How much water is transported (volume) as a wave travels into a sea cave?
The wave has a height of 1m and a period of 12 seconds. The average water depth at the cave mouth it 5M and the width is 15m.
How do I calculate this? This is a real world problem and if there is any other information needed for this problem I will happily collect it.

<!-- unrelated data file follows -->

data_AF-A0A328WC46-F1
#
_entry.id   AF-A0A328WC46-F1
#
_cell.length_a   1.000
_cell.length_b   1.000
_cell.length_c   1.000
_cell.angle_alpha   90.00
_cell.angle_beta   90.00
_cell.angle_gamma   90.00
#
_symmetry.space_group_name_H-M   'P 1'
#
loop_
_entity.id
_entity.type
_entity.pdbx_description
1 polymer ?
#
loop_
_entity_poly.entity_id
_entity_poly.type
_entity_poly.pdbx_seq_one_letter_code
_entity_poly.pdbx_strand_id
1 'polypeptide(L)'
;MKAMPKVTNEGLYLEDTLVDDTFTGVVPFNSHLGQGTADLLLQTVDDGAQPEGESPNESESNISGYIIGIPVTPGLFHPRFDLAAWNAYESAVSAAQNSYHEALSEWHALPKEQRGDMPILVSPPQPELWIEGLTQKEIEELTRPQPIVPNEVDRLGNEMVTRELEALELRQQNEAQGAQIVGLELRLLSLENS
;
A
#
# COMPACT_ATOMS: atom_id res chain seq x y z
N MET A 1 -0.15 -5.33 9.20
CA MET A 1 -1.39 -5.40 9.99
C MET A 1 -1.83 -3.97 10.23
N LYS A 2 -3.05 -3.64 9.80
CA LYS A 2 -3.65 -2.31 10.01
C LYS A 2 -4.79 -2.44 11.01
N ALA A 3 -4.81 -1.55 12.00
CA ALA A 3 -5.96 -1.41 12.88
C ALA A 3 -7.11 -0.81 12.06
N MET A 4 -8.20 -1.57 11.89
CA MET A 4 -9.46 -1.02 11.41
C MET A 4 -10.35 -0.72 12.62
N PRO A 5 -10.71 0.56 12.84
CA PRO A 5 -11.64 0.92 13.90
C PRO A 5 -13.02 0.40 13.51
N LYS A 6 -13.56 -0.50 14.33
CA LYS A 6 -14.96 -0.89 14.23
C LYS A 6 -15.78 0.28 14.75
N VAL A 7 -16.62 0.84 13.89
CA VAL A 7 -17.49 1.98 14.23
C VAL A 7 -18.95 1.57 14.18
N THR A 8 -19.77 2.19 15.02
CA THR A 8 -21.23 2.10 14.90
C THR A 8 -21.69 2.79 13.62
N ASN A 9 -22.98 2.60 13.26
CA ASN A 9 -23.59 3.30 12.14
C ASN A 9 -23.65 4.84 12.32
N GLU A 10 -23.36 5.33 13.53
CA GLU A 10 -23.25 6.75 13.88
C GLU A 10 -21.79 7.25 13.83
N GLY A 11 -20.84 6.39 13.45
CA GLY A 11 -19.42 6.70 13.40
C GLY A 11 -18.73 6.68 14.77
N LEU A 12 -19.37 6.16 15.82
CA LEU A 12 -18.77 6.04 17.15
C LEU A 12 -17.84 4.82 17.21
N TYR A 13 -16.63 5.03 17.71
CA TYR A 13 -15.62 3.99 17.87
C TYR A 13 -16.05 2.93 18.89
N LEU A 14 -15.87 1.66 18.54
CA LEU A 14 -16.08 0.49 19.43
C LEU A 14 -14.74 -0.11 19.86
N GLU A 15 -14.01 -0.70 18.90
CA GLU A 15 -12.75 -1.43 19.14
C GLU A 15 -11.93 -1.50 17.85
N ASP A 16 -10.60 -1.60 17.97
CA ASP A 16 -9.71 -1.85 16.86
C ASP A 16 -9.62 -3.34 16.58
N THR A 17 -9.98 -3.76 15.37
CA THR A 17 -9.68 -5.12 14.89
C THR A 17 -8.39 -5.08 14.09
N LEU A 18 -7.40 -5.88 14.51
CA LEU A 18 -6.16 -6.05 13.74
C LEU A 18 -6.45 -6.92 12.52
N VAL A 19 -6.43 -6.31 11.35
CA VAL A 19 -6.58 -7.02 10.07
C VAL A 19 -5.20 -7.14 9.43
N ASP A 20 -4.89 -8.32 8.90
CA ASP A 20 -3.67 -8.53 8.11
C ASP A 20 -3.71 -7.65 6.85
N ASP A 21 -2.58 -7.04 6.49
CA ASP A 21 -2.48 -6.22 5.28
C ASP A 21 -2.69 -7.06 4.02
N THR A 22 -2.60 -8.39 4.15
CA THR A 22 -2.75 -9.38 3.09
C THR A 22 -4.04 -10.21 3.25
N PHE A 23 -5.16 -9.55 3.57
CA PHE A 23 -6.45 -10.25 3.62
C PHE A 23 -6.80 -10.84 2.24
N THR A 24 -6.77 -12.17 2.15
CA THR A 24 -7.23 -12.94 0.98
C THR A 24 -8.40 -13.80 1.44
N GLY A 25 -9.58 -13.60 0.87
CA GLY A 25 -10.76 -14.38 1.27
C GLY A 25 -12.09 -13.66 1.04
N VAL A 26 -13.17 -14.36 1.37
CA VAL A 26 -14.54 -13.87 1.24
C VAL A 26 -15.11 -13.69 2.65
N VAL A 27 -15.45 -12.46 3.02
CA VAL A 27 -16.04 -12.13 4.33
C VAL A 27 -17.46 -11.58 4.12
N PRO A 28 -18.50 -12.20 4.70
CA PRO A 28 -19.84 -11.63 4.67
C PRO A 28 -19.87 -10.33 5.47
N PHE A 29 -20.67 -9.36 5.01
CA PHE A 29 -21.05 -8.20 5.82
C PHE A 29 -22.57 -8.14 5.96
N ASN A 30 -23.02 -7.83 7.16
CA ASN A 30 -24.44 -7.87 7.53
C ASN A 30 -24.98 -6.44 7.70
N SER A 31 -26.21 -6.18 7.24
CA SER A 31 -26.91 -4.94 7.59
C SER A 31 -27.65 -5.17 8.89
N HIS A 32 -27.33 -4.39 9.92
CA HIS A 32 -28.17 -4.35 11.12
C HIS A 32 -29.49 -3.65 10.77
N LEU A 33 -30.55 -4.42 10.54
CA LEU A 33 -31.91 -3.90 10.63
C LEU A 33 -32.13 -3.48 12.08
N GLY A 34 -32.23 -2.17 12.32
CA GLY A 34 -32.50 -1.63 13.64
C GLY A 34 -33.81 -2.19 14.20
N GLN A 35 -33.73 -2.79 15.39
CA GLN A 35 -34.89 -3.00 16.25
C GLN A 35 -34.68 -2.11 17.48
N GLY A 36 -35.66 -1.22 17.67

This isn't a home work problem. This is a real cave and I assumed water is transported because it does "pile up" in the back of the cave until the wave is reflected and exits the cave in the opposite direction. Just as on beaches where waves push water up on to the beach and gravity pulls the water back to ocean creating the near shore current. I understand that deep water waves have an almost circular orbit but due to stoke's drift a particle will be slightly displaced in the direction the swell is moving. In this cave we can assume the wave is well with in the sallow water wave criteria and almost at the critical depth in which the wave deformation is to extreme and wave energy is about to be converted in to turbulent kinetic energy as the wave breaks. The orbit therefore would linear, as the wave moves in and out. The net change would be zero 0m^3, but how much water flows in and then flows back out of the cave?